Out with the Old, In with the New

OHS students predict the future of their friendships

Mayra Sanchez

High school students spend almost every single day with friends, interacting with them during lunch and perhaps even clowning around in class. It is likely that they may have even wondered what their life would be like without them, but did not spend too much time on the thought. After all, friends can often seem like a second family–why would anyone ever part away?

According to USA Today, teenagers “spend all four years of high school building a core group, ignoring the fact that it will inevitably collapse.” Nonetheless, sometimes one meets certain people that they end up staying friends with for a long time. Oxnard High School senior Adrian Damian said, he was friends with fellow OHS students York Hernandez, Guillermo Sandoval, and Vincent Rodriguez since elementary school.

“It was mainly because we got into sports and it transitioned into high school–we just kept our friendship going,” said Damian. However, he said keeping a big circle of friends is easier said than done, “As you go on through high school, the circle shrinks.”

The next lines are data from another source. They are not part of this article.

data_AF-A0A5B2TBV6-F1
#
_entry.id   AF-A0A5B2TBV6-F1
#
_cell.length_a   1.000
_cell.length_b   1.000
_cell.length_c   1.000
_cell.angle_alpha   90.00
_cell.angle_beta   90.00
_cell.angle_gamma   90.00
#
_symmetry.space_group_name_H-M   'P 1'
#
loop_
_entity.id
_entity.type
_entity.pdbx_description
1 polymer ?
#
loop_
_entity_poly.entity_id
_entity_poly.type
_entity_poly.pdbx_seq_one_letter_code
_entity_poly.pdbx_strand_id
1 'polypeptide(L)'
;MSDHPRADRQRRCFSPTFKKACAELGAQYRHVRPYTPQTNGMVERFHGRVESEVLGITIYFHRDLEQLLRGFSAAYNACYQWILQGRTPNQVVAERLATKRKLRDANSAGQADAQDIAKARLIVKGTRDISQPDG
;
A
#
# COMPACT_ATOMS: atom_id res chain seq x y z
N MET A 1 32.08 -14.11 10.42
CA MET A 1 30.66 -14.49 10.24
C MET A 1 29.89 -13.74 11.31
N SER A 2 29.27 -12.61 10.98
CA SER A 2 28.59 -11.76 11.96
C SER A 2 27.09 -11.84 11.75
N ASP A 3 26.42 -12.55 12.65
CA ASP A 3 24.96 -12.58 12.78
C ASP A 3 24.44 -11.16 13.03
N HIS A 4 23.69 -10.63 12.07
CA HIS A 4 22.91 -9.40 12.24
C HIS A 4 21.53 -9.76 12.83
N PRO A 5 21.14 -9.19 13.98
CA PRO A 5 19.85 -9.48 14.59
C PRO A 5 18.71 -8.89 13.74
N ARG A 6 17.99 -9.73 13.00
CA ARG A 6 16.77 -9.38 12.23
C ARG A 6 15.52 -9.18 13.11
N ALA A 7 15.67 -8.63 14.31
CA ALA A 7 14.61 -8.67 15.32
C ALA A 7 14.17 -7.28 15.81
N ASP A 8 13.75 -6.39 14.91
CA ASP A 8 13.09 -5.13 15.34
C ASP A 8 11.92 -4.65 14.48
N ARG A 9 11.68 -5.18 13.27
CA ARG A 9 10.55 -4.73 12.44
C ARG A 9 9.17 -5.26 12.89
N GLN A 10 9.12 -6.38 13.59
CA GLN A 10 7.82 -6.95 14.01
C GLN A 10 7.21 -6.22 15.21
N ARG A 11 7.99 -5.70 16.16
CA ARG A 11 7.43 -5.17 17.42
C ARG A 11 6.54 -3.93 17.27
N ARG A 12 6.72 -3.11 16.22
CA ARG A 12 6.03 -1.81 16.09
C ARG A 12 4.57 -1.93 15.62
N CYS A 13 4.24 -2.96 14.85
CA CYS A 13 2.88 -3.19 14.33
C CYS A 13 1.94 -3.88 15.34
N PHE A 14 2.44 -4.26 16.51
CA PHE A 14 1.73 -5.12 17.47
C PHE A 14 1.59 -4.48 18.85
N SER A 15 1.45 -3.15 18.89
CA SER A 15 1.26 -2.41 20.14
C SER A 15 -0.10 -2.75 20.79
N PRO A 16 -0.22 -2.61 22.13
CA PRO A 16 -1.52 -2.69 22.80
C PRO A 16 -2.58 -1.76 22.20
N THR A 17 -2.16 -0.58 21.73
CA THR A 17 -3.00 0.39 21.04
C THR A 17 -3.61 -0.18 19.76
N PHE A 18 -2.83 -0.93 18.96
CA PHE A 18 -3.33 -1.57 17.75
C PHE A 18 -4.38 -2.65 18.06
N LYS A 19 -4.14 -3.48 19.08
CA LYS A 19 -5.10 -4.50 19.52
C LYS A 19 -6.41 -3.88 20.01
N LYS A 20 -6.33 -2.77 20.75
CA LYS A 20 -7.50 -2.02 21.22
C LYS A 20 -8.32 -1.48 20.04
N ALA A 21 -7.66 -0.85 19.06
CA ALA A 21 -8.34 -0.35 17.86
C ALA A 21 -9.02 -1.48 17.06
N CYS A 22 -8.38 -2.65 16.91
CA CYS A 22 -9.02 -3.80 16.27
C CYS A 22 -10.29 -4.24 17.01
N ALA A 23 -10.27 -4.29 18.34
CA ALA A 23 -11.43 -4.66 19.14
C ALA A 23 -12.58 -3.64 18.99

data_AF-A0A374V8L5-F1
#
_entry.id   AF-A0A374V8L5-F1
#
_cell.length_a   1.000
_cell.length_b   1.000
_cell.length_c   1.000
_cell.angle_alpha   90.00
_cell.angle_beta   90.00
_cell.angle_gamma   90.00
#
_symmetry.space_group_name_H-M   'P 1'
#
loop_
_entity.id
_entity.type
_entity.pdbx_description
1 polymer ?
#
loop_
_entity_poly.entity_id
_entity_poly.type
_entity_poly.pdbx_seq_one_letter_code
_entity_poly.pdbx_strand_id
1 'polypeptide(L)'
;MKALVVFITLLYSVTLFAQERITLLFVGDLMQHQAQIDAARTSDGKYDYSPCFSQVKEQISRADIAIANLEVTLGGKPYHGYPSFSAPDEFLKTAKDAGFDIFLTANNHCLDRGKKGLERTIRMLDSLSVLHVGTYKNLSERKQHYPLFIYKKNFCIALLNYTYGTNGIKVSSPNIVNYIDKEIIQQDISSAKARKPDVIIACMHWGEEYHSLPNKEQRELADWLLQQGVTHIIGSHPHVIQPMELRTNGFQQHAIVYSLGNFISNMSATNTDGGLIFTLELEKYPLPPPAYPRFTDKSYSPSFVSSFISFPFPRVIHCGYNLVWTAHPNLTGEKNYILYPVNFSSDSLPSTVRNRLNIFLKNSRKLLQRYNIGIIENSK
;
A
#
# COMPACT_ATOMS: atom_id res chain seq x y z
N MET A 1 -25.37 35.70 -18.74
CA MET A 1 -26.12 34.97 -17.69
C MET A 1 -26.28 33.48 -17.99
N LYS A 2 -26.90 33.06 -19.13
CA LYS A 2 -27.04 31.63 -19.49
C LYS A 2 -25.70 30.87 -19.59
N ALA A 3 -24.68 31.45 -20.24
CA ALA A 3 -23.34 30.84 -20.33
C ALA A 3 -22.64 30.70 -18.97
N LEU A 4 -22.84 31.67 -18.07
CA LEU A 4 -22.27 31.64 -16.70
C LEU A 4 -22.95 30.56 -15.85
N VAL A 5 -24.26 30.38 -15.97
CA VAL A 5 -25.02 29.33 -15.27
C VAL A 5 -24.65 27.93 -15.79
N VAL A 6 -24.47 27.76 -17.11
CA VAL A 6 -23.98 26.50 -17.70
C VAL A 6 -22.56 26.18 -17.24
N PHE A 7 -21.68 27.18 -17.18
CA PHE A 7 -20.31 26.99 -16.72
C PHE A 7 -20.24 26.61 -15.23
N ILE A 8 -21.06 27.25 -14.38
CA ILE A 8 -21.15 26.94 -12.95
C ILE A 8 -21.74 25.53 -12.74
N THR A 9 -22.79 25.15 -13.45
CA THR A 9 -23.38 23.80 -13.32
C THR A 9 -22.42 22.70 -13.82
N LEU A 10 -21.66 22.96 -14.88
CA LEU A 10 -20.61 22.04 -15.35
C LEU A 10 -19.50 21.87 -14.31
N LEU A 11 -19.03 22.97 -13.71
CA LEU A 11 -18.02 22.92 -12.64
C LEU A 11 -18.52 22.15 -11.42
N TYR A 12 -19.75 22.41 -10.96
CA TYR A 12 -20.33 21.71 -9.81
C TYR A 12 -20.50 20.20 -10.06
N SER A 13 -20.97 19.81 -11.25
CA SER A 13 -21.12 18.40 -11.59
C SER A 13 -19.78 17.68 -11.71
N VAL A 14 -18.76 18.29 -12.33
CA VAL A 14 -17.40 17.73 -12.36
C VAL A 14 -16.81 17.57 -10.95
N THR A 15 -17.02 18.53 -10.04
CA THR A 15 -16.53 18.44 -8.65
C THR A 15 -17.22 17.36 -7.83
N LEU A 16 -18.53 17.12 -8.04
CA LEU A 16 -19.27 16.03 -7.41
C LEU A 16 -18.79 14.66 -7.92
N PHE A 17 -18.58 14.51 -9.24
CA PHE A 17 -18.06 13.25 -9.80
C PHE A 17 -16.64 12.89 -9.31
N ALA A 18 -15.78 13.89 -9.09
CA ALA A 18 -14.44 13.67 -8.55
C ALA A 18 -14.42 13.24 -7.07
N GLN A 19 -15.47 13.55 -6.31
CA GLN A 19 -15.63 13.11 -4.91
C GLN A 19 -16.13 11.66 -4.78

According to  Psychology Today, research on friendship stability shows that “older children are better at maintaining friendships than younger children, probably because they are better able to resolve conflicts.” Although, teenadvice.com states that even if one stays in touch with their friends through phone calls, they “can taper off or stop altogether.”

On an optimistic note, OHS sophomore Soleil Jones said, after high school, she is likely to stay in touch with friends. “I’m not really moving anywhere far, so I’ll probably keep in touch with a couple of people.”

Some people believe that their friendships will last a lifetime, but what they fail to realize is that something unexpected may happen and their friendships will not last. Speaking from experience, OHS senior Veronica Ruiz said, “The group of friends that I was with for, like, seven years– we kind of had a silent goodbye because they just faded away.”

Furthermore, senior Veronica Villegas said since coming to OHS as a freshman, she “likes to pick her friends very carefully.” Villegas also said, “I like to associate myself with people who motivate me…it’s not easy to be my friend.”

One can make friends in all types of ways, and their method of striking up a friendship with someone can be entirely different from another person’s. Villegas said, “When you’re young, you don’t really look for anything specific in a friend. You just want someone to hang out with, but now in high school, you look for more in a person than just your first impression of them.”